This premise and analysis leads generally to unflattering inferences concerning the intelligence or fairness of the jury of Simpson and more widely to skeptical conclusions concerning the aptitude and capacity of the system of criminal justice, as constituted currently, in order to produce results that are just (Jasanoff, 1998). This paper seeks to highlight the uncertainties over the DNA evidence as highlighted by the defense in the O.J. Simpson case, and argue that the Simpson jury could reasonably infer that the evidence of DNA in the O.J. Simpson case deserved no or little weight. The Account of Prosecution The argument of prosecution was that Simpson cut his hand as he murders the victims and left behind a “trail of blood” in the Bundy scene of crime, into his residence at Rockingham and into his Bronco. As put in the account of prosecution, the blood of the victim was transferred to Bronco since it splattered all over Simpson and had the glove saturated (Simpson carried him and threw him behind the house). The blood of Nicole Brown Simpson was evidently pressed on the sock at the scene of crime; conceivably the bloody hand of Simpson touched his ankle. Simpson perhaps disposed of his clothing to the scene of crime but forgot about the socks in his bedroom as he never realized the socks were stained with the blood of Nicole (Lynch, 1998). The Account of Defense There were several elements in the defense account. Simpson bled in the Bronco and his home. According to the defense, Simpson cut himself accidentally at home in the evening of the crime, may be when trying to retrieve a cell phone from his Bronco, and therefore the drops of his blood were left on his driveway, in the Bronco and the hallway of his home. Later Simpson travelled to Chicago and cut himself again, when he broke a glass in his Chicago hotel room, more seriously when he learned of his ex wife’s death. According to the testimony of Dr. Robert Huizenga, it was established that there were actually two cuts on the left middle and the smaller finger of Simpson, and that a much less conspicuous cut could have led to a sufficient bleeding to account for the quantity of the blood of Simpson found at his residence in Rockingham and in the Bronco (Thompson, 1996). The uncertainties of DNA evidence highlighted by defense The Rockingham glove and Bundy blood drops were contaminated with the DNA of Simpson at the LAPD Laboratory. Collin Yamauchi, the LAPD criminalist admitted that he practically spilled some blood of Simpson from a reference vial as he worked upon the processing of the evidence in the room and that he handled shortly thereafter the cotton swatches with the blood from Bundy drops and the Rockingham glove. The defense team suggested that some blood from Simpson was transferred inadvertently to these evidentiary samples conceivably on the instruments and gloves of Collin Yamauchi (Carbado, 1997). The defense also argued that the DNA of the possible true perpetrator (the person who left the drops of blood) could not be detected from the samples because it was destroyed and degraded as a result of mishandling of the Bundy samples. Collin Yamauchi, the LAPD criminalists swabbed the drops of blood during collection with a wet cotton swatch. These cotton swatches were placed in a plastic bag and for several hours were left in a hot truck.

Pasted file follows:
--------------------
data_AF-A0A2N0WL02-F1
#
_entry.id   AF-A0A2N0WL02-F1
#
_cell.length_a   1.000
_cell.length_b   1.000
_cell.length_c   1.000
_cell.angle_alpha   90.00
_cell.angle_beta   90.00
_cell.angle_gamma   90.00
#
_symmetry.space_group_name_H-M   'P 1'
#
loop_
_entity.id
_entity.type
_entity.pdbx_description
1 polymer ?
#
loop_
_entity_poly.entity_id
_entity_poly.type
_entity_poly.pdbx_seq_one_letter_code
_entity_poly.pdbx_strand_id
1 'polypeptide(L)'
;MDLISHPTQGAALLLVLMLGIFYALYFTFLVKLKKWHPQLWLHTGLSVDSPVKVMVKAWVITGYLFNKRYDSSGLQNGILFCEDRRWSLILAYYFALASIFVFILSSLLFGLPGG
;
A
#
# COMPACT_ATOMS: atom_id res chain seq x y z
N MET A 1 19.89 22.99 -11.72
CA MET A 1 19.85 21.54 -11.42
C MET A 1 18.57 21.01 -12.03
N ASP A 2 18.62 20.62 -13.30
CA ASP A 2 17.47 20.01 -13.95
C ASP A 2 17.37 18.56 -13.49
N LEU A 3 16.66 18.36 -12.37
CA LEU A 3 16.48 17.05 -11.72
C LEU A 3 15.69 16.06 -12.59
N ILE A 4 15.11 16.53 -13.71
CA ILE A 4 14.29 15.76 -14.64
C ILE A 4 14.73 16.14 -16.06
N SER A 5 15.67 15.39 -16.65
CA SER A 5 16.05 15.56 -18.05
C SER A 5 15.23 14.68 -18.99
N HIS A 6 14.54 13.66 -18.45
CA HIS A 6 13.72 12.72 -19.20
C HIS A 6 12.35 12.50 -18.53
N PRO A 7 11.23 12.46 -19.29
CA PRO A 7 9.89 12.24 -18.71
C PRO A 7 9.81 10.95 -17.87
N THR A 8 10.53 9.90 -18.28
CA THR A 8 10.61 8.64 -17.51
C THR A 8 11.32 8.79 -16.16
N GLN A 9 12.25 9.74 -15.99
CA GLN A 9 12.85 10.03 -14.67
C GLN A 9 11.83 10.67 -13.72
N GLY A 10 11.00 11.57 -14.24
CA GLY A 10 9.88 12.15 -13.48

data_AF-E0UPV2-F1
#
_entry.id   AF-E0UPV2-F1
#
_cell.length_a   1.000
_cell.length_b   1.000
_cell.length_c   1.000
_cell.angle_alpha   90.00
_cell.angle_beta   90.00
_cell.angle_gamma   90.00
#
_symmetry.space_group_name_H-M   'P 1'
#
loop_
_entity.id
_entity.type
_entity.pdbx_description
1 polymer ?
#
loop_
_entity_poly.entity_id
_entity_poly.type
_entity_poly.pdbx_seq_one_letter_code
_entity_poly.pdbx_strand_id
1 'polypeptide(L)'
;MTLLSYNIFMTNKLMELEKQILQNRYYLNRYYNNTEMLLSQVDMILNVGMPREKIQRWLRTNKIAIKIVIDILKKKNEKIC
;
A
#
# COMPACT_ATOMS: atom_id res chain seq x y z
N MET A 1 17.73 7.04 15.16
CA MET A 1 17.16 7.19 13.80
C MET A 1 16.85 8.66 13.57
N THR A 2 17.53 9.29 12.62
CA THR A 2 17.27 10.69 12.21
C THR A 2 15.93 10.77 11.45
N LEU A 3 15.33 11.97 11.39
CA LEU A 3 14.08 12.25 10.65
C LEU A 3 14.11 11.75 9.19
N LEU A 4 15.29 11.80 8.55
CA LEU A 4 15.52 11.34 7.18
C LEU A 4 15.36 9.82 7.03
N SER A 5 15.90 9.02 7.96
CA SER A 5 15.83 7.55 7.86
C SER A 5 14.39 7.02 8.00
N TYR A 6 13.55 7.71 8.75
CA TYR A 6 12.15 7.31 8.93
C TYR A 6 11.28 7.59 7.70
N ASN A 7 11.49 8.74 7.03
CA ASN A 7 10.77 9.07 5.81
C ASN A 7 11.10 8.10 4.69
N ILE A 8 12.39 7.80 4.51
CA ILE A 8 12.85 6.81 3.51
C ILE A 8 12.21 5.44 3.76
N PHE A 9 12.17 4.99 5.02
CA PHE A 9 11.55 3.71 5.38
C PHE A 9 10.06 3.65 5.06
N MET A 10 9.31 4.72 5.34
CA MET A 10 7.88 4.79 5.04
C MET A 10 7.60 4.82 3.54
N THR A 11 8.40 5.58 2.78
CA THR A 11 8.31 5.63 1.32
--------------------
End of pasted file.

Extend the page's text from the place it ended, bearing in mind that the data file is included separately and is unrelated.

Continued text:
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Uncertainties over the DNA evidence as highlighted by the defense in the Simpson trial The O.J. Simpson case led to very accurate and reliable appreciation of the weaknesses and strengths of the DNA evidence that was produced against Simpson. The O.J. Simpson case has led to a lot of lessons being learned from the uncertainties over the DNA evidence highlighted in defense in the O.J…
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